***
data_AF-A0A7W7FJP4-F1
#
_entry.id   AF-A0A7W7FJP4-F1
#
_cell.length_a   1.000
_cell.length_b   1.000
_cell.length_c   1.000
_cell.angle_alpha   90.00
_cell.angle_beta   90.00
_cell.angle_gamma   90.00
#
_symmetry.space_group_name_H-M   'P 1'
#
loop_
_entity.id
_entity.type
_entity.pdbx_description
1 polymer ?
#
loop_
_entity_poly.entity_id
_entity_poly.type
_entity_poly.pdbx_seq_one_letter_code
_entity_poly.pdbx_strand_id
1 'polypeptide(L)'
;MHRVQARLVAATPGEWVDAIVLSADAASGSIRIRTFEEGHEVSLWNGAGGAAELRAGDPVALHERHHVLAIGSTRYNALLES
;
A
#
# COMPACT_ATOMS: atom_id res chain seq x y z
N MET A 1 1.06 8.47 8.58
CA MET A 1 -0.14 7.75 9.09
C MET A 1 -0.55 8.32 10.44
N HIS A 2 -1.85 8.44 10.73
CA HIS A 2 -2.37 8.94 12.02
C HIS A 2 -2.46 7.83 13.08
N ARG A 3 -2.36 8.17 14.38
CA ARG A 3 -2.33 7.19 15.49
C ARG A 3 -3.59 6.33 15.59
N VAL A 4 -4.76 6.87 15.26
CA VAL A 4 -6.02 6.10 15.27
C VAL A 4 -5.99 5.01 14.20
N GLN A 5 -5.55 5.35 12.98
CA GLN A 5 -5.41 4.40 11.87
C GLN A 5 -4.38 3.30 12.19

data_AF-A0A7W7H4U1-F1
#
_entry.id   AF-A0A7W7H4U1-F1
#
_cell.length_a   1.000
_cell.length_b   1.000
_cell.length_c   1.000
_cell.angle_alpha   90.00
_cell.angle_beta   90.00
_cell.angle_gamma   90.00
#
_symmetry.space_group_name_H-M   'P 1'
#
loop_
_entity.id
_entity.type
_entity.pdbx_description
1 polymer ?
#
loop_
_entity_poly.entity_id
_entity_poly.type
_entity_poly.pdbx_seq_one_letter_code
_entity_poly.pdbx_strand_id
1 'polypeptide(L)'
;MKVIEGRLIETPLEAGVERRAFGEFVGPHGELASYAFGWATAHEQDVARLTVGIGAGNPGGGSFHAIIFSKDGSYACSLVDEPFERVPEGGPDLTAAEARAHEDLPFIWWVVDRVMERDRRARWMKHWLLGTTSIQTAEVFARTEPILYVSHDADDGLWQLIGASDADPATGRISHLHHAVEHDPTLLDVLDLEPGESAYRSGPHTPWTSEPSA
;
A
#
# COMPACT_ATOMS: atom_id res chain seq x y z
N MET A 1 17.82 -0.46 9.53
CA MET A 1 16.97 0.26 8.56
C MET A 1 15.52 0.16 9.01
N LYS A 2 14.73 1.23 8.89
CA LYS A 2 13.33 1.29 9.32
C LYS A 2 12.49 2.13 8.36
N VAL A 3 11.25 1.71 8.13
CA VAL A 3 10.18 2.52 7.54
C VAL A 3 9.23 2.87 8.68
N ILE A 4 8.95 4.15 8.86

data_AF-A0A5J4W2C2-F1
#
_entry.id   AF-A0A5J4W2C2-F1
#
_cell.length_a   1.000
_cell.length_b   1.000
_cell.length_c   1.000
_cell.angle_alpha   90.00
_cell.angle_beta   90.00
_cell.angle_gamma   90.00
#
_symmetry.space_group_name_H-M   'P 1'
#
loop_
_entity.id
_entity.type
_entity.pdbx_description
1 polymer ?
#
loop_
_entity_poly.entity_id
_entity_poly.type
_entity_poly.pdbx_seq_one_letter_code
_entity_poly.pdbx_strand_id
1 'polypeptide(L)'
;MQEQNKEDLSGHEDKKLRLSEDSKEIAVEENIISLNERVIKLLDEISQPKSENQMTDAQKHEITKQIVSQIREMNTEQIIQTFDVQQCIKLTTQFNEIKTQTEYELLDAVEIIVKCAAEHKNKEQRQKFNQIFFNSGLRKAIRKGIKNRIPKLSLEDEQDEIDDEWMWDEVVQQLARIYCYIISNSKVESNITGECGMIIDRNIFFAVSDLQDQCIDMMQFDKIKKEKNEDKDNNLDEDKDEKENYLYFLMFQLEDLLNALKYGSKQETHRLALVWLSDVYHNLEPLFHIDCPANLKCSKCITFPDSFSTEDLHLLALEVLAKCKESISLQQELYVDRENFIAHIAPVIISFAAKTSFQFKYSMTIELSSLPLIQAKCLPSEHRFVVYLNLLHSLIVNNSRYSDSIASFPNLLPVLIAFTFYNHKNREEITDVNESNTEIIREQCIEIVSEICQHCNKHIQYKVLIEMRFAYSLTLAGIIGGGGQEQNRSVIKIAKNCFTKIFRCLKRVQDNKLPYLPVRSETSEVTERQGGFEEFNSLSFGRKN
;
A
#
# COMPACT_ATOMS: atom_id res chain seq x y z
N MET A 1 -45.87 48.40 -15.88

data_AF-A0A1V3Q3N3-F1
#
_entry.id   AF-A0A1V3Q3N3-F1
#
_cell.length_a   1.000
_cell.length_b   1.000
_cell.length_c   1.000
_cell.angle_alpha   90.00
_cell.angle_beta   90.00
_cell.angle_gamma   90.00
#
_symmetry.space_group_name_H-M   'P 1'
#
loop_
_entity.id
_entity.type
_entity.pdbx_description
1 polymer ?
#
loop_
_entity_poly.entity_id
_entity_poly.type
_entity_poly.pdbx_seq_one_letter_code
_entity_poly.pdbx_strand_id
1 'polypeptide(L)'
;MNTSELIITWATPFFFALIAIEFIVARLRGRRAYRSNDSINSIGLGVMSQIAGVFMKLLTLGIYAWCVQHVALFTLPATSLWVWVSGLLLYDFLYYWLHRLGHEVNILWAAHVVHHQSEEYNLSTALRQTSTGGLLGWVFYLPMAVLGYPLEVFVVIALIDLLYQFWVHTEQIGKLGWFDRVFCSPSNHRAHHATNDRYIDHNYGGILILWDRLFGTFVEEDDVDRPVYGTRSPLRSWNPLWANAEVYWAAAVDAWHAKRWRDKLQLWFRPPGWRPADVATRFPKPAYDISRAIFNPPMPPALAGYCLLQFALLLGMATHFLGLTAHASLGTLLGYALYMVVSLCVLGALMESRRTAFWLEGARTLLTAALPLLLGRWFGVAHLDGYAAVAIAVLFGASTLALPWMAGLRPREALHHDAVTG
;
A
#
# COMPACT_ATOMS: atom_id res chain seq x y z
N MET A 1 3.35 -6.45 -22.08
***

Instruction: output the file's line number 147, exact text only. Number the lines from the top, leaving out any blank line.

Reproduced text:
N MET A 1 3.35 -6.45 -22.08